All the others anglers were using a variety of baits such as Yozuri minnows, jigs, Banjos, small Zaras, etc. and they caught about half of the number of ten-plus-pounders that I lucked into. But the one guy that had almost as many as I (amassing about five 10-plus pounders a day on a more consistent basis) was primarily throwing and catching his big fish on topwater plugs also.

Now I am sure that a few of those anglers caught more fish that I did, particularly on the final 3 days when the topwater bite was extremely slow for me. But I prefer to catch "teeners" (peacock bass over 13 pounds) and focus on them. And in general, topwaters are a good way to achieve success on the giants. Have patience if that is your confidence bait. If someone gets on a stronger (more productive) pattern with another lure on the size of fish you want to catch however, be willing to change also. While I have been fortunate enough to catch 20-pound peacock on all types of lures, still over 90 percent of them have come on topwater baits.

Keep the faith.

_________________
Larry Larsen
Executive Director
Peacock Bass Association
www.peacockbassassociation
www.larsenoutdoors.com
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PostPosted: Fri Aug 10, 2007 1:02 pm Reply with quote
Steve Townson
Guest
Larry,
I have to agree with you 100% that big topwaters 'in general' pull in bigger fish, but when they're not on the bite, they're just not on.
And when these fish have got used to the sound of a big Woodchopper or Ripper prop bait doing its thing and then someone tries a Riproller or Skitterpopper with a different tone, that can often make the difference between a great trip and an average trip.
You and I have talked before also about how these big baits can often scare Peacocks, especially in skinny water. I outfished everyone on my best trip ever on the Unini a frew years ago, with jigs, minnows and poppers, with loads of fish to 22#, best day 255 fish, when we literally saw Peacocks fleeing away just from the shadow of bigger baits passing over or near them. We tried the more subtle baits and slew 'em. I reckon Alan Z can add more to this subject?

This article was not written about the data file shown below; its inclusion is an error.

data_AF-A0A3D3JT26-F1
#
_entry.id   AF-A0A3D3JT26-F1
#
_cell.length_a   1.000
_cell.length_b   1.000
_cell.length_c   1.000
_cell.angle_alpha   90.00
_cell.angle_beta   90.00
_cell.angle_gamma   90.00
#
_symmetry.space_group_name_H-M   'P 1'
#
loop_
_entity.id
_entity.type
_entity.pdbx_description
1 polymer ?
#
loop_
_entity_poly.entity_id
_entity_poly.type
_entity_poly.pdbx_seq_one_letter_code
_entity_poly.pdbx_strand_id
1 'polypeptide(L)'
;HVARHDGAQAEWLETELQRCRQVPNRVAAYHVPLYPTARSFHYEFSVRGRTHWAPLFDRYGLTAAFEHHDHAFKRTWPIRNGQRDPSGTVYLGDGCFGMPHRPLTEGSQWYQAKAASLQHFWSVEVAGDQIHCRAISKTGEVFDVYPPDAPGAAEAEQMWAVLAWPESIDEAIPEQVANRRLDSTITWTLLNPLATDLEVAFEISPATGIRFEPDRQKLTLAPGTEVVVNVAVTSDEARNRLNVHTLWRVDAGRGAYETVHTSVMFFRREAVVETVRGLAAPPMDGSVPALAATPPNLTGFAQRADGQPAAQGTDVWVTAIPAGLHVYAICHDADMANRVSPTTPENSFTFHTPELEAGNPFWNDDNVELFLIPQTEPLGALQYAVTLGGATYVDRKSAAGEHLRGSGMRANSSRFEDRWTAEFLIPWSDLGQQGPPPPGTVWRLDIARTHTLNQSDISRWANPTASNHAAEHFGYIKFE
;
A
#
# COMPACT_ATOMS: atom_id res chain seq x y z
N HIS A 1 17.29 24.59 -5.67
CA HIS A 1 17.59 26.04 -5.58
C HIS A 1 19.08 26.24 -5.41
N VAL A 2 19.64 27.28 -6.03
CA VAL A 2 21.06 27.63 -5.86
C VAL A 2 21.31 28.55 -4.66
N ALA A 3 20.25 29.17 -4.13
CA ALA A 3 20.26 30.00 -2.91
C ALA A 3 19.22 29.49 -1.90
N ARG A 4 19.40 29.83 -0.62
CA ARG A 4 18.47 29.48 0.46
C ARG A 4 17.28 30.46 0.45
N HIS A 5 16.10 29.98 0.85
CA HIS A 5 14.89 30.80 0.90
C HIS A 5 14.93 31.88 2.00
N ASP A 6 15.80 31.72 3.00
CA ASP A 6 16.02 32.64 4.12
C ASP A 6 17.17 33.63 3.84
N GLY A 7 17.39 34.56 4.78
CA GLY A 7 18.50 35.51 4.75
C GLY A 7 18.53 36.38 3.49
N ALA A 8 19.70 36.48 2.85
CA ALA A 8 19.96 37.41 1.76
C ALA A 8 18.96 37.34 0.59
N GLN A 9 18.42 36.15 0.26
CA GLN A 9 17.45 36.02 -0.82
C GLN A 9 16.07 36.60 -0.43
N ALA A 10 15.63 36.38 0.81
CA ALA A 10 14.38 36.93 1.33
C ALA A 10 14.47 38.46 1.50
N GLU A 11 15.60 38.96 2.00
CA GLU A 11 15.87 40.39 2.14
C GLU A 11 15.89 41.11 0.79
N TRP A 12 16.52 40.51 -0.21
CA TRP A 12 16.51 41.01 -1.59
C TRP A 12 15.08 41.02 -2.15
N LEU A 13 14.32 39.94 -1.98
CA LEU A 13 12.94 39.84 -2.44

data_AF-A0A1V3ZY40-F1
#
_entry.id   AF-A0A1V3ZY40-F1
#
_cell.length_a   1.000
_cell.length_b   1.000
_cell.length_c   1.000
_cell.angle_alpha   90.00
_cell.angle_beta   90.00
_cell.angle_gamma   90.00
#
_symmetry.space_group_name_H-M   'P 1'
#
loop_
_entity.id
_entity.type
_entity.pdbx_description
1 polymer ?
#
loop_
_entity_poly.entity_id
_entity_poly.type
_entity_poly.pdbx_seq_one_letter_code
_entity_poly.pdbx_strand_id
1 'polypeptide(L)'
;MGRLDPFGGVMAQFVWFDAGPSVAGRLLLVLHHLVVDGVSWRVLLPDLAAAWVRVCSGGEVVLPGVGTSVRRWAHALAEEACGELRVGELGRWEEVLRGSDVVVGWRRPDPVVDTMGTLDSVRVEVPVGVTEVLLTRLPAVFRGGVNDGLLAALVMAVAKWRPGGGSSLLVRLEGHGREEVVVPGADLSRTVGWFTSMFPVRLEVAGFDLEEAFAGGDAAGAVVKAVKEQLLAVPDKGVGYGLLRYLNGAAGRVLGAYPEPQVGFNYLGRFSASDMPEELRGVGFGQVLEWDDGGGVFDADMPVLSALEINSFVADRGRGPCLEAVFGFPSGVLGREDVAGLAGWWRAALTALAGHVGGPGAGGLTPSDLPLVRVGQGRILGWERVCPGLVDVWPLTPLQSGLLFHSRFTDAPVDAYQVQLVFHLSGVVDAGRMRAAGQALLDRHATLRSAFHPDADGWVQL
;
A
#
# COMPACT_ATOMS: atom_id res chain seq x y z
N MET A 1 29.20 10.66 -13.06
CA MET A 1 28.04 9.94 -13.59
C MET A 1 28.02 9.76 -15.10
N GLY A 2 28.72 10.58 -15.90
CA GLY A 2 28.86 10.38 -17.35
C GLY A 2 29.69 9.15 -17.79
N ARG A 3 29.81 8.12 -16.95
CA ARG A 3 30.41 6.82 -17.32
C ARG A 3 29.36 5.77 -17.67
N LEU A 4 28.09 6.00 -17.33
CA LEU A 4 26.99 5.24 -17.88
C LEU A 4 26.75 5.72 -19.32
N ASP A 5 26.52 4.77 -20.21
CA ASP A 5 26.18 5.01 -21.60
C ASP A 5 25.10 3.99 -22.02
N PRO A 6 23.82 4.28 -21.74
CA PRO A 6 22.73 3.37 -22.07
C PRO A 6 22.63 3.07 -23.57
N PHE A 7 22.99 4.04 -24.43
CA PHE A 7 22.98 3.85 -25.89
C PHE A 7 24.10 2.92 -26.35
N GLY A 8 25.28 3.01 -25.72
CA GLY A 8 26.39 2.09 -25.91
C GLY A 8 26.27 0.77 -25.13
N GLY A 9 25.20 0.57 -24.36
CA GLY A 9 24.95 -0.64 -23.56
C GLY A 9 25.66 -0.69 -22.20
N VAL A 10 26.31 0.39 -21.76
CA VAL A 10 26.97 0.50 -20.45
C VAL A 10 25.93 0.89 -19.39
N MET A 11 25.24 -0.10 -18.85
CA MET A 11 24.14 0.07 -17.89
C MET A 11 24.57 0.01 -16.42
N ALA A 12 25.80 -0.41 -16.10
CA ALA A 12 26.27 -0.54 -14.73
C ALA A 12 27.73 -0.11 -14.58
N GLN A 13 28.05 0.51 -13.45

Steve Townson
 
PostPosted: Sat Aug 11, 2007 10:20 am Reply with quote
Larry Larsen
Executive Director
Joined: 28 Dec 2004
Posts: 608
Location: Lakeland, FL
Steve,

I have always said (from my first book on peacocks in fact) that jigs will almost always catch more peacock bass than any other lure type. They will also catch giant fish (even I have caught a 20-plus on a jig), but I play the percentages when I fish peacocks since I am only interested in "teeners". I have seen days when the topwater bite was not on and do switch to the submergent baits or a smaller walking-type surface plug. I also throw some of the other smaller or lighter stuff to "relax" or take a break, since working a chopper 8 or 10 hours can be tiresome to an old man like me. Laughing

Besides, when I'm throwing the big stuff, you can more easily come in to the same lagoon behind me and still catch a bunch that were afraid to explode on my giant plug at the surface. Laughing

Have fun and best of luck in your upcoming tournament!

_________________
Larry Larsen
Executive Director
Peacock Bass Association
www.peacockbassassociation
www.larsenoutdoors.com
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PostPosted: Sat Aug 11, 2007 11:18 am Reply with quote
Steve Townson
Guest
Good points Larry.
Yes, I hope the next World Championship Peacock Bass Tournament will be as much a success as last year. It has gained momentum so much now and Don and Kdu have done alot of work to get this going.
The Unini will be a great venue for the 2nd tournament as the fish there are generally huge and hopefully we should all get stuck into a few.
I know and you know, the next world record will come from that river one day. Hopefully in September during the competition!!
Steve Townson
Topwater Fishermen